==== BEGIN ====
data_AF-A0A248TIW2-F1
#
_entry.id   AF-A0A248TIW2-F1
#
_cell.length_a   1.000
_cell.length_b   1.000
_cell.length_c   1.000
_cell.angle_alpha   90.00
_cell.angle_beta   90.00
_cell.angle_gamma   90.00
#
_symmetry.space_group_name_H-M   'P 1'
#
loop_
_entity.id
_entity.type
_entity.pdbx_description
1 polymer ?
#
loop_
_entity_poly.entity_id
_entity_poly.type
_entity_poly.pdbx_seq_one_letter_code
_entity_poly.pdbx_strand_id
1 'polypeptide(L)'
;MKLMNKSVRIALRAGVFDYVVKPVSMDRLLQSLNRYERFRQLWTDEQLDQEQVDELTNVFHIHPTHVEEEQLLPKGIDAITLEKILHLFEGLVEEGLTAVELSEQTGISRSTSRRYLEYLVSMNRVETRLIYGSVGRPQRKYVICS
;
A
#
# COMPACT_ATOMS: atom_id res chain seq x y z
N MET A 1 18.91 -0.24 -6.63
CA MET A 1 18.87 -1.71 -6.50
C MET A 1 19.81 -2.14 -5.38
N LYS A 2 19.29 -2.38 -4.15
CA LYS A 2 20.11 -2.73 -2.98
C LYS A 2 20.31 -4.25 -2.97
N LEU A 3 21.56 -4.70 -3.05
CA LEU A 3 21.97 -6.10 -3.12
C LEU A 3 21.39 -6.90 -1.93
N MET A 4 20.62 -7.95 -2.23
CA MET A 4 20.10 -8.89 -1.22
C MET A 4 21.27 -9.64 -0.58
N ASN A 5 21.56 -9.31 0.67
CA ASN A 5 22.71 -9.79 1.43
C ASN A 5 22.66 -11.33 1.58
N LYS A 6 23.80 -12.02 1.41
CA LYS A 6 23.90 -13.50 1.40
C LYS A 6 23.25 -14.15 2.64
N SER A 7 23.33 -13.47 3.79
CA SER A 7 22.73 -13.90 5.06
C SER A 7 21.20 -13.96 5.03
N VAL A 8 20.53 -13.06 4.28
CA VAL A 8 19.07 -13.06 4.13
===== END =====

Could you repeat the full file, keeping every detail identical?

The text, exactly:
data_AF-A0A248TIW2-F1
#
_entry.id   AF-A0A248TIW2-F1
#
_cell.length_a   1.000
_cell.length_b   1.000
_cell.length_c   1.000
_cell.angle_alpha   90.00
_cell.angle_beta   90.00
_cell.angle_gamma   90.00
#
_symmetry.space_group_name_H-M   'P 1'
#
loop_
_entity.id
_entity.type
_entity.pdbx_description
1 polymer ?
#
loop_
_entity_poly.entity_id
_entity_poly.type
_entity_poly.pdbx_seq_one_letter_code
_entity_poly.pdbx_strand_id
1 'polypeptide(L)'
;MKLMNKSVRIALRAGVFDYVVKPVSMDRLLQSLNRYERFRQLWTDEQLDQEQVDELTNVFHIHPTHVEEEQLLPKGIDAITLEKILHLFEGLVEEGLTAVELSEQTGISRSTSRRYLEYLVSMNRVETRLIYGSVGRPQRKYVICS
;
A
#
# COMPACT_ATOMS: atom_id res chain seq x y z
N MET A 1 18.91 -0.24 -6.63
CA MET A 1 18.87 -1.71 -6.50
C MET A 1 19.81 -2.14 -5.38
N LYS A 2 19.29 -2.38 -4.15
CA LYS A 2 20.11 -2.73 -2.98
C LYS A 2 20.31 -4.25 -2.97
N LEU A 3 21.56 -4.70 -3.05
CA LEU A 3 21.97 -6.10 -3.12
C LEU A 3 21.39 -6.90 -1.93
N MET A 4 20.62 -7.95 -2.23
CA MET A 4 20.10 -8.89 -1.22
C MET A 4 21.27 -9.64 -0.58
N ASN A 5 21.56 -9.31 0.67
CA ASN A 5 22.71 -9.79 1.43
C ASN A 5 22.66 -11.33 1.58
N LYS A 6 23.80 -12.02 1.41
CA LYS A 6 23.90 -13.50 1.40
C LYS A 6 23.25 -14.15 2.64
N SER A 7 23.33 -13.47 3.79
CA SER A 7 22.73 -13.90 5.06
C SER A 7 21.20 -13.96 5.03
N VAL A 8 20.53 -13.06 4.28
CA VAL A 8 19.07 -13.06 4.13